The Avlex Superlux S125 ($133 list) is a cardioid condenser vocal microphone with a shock-mounted, halfinch diaphragm capsule. The capsule is protected with three windscreens — two are wire mesh and one is nylon. On its body, two switches click on/off a 150 Hz high-pass filter and a 10 dB pad; these switches are protected by a rubber cover. The mic comes with a clip and zippered pouch.
My first impression of the S125 was quite good. Right out of the box, it felt sturdy and well made, was well balanced, not too heavy, and didn't want to slide out of my hand. In use, its sound was smooth and vivid in the way that it cuts through the mix. Full and lively is another way to describe its sound.
I discovered that Avlex's claim that the S125's three windscreens prevented popping wasn't always true; I added on my own windscreen (one that is recommended for a Shure SM58), and that solved any problems. I tried the HPF, but still preferred the variable high pass available on the consoles I use; in a pinch — where you have no exterior high-pass option — it would be workable.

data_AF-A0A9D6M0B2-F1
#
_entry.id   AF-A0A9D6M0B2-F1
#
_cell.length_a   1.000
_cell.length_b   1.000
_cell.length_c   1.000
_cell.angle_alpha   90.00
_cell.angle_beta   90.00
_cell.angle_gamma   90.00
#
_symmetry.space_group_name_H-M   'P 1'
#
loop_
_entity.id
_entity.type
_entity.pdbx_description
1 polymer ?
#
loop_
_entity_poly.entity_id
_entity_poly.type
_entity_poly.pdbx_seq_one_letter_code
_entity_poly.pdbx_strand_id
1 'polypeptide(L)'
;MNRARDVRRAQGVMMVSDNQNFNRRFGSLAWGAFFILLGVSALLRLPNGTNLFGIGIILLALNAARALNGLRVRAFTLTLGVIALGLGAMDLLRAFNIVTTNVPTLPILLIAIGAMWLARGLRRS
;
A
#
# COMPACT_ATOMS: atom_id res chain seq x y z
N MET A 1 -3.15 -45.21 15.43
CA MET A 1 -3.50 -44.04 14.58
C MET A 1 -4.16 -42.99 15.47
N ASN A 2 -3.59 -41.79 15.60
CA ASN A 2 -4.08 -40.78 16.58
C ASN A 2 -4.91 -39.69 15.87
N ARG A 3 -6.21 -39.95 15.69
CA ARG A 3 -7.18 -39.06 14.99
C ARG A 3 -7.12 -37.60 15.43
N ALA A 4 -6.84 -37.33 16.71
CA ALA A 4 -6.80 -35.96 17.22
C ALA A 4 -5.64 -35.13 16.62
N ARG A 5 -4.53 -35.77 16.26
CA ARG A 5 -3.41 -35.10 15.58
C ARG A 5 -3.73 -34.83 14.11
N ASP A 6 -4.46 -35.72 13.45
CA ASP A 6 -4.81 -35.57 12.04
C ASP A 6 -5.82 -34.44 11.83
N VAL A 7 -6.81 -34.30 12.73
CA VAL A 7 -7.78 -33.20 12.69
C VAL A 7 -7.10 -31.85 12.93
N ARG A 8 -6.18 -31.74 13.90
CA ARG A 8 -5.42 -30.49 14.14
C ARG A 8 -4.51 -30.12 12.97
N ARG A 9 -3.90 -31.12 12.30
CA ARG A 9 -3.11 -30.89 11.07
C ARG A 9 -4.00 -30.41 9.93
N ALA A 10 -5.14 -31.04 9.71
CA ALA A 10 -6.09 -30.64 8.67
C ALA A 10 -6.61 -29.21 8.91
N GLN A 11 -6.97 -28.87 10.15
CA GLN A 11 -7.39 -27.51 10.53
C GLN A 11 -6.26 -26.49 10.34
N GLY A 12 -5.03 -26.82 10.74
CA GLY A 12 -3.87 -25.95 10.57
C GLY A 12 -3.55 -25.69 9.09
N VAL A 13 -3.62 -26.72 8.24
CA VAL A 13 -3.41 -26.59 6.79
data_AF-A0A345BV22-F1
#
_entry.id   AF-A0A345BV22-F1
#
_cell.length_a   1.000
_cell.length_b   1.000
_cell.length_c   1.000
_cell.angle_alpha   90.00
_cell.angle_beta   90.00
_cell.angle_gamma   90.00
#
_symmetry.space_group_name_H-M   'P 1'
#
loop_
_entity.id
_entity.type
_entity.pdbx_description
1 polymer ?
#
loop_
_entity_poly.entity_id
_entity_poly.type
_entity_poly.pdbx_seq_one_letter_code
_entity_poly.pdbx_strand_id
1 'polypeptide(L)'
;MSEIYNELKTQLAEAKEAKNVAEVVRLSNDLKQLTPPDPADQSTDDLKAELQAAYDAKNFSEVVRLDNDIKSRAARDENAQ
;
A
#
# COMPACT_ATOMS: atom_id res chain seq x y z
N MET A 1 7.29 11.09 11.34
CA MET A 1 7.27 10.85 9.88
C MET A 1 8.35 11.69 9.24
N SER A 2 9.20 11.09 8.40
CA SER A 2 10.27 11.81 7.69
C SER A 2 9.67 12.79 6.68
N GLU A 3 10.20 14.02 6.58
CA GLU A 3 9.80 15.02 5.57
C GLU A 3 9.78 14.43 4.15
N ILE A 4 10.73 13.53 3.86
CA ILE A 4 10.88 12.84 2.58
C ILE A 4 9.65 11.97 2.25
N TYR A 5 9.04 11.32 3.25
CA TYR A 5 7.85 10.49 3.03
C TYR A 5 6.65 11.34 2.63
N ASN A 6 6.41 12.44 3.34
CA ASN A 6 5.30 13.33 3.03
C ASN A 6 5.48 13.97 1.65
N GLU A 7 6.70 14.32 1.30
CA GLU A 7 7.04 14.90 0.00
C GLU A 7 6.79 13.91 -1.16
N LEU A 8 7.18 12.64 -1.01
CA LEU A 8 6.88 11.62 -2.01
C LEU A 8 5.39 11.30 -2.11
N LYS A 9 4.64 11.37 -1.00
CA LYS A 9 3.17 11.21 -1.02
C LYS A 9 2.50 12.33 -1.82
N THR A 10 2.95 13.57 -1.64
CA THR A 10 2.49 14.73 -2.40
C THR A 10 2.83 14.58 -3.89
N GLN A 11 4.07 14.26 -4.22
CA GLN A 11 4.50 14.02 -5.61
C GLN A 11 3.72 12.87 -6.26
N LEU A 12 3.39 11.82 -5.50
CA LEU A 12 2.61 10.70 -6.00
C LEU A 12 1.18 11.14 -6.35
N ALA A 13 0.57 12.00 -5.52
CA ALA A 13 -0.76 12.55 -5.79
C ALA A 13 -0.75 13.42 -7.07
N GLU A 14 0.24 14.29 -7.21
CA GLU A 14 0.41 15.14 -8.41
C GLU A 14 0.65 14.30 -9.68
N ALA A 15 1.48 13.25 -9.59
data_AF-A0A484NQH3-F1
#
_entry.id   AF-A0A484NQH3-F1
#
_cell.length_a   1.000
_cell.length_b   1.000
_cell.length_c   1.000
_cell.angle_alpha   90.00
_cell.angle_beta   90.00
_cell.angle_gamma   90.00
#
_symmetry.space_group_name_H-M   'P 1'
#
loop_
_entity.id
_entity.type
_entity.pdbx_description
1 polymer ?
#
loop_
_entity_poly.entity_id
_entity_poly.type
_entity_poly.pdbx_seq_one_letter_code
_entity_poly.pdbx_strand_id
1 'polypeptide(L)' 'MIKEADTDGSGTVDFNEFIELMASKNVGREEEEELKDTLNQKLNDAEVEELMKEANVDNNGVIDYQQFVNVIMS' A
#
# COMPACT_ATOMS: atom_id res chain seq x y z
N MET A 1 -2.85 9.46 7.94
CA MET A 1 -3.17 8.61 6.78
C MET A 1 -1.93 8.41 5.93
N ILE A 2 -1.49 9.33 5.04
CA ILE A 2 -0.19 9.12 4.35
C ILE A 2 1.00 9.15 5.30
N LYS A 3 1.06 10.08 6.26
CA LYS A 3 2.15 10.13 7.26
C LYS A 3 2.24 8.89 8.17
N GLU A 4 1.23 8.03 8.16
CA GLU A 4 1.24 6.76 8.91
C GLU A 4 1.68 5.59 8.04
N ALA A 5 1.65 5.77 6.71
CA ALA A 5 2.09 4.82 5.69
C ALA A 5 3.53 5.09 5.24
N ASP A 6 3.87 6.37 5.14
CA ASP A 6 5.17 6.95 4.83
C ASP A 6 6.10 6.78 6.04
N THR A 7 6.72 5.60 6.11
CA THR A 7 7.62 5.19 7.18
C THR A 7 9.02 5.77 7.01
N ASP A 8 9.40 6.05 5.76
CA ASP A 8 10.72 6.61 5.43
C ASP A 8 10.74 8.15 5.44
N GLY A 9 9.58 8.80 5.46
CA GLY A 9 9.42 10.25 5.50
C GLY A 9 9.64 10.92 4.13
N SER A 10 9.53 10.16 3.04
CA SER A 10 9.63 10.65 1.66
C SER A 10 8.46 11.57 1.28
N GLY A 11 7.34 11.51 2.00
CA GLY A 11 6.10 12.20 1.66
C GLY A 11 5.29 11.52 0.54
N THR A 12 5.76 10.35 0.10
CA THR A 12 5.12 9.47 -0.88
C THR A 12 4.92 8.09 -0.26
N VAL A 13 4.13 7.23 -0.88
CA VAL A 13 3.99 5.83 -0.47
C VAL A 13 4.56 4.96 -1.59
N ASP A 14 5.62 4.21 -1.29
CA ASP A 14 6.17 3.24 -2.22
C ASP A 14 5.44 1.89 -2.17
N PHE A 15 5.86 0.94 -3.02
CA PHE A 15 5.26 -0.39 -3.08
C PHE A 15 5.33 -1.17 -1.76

Avlex also claims that this mic offers very little handling noise. I found that to be correct. The microphone also offers a pleasing performance in regards to proximity effect, in that it exhibits very little of it.
Ideal for lead vocals (if the vocal doesn't sound thin to begin with), this bargain-priced mic would also shine on guitar amplifiers; reeded instruments such as saxophone; and some of the higher-pitched percussion instruments, such as bongos or high toms.
Contact: Avlex Corporation | 877-447-9216 | www.avlex.com
Karl Bader is a lead engineer for Entertainment Sound Production in Washington, DC and can be reached email@example.com